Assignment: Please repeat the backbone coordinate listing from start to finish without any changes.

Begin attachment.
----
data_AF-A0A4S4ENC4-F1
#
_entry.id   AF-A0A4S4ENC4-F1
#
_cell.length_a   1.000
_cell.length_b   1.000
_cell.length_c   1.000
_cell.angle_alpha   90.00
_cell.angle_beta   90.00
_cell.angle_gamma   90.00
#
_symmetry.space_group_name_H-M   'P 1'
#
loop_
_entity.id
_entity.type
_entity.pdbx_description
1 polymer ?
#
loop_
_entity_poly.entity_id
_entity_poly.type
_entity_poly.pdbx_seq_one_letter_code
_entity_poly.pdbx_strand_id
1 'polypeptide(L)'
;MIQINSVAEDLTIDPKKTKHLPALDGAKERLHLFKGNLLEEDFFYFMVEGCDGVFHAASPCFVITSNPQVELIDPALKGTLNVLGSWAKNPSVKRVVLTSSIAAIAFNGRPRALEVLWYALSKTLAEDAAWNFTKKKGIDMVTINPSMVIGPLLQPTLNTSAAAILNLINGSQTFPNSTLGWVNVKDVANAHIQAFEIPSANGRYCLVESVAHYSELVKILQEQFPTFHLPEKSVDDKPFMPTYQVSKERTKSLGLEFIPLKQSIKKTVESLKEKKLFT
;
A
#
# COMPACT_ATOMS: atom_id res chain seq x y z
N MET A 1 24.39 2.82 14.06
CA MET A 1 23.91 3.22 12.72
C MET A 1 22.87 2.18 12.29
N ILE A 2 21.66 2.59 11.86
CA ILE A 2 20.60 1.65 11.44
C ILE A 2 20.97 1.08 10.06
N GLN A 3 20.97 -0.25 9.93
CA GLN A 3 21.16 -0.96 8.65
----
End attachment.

data_AF-A0A4S4ENC4-F1
#
_entry.id   AF-A0A4S4ENC4-F1
#
_cell.length_a   1.000
_cell.length_b   1.000
_cell.length_c   1.000
_cell.angle_alpha   90.00
_cell.angle_beta   90.00
_cell.angle_gamma   90.00
#
_symmetry.space_group_name_H-M   'P 1'
#
loop_
_entity.id
_entity.type
_entity.pdbx_description
1 polymer ?
#
loop_
_entity_poly.entity_id
_entity_poly.type
_entity_poly.pdbx_seq_one_letter_code
_entity_poly.pdbx_strand_id
1 'polypeptide(L)'
;MIQINSVAEDLTIDPKKTKHLPALDGAKERLHLFKGNLLEEDFFYFMVEGCDGVFHAASPCFVITSNPQVELIDPALKGTLNVLGSWAKNPSVKRVVLTSSIAAIAFNGRPRALEVLWYALSKTLAEDAAWNFTKKKGIDMVTINPSMVIGPLLQPTLNTSAAAILNLINGSQTFPNSTLGWVNVKDVANAHIQAFEIPSANGRYCLVESVAHYSELVKILQEQFPTFHLPEKSVDDKPFMPTYQVSKERTKSLGLEFIPLKQSIKKTVESLKEKKLFT
;
A
#
# COMPACT_ATOMS: atom_id res chain seq x y z
N MET A 1 24.39 2.82 14.06
CA MET A 1 23.91 3.22 12.72
C MET A 1 22.87 2.18 12.29
N ILE A 2 21.66 2.59 11.86
CA ILE A 2 20.60 1.65 11.44
C ILE A 2 20.97 1.08 10.06
N GLN A 3 20.97 -0.25 9.93
CA GLN A 3 21.16 -0.96 8.65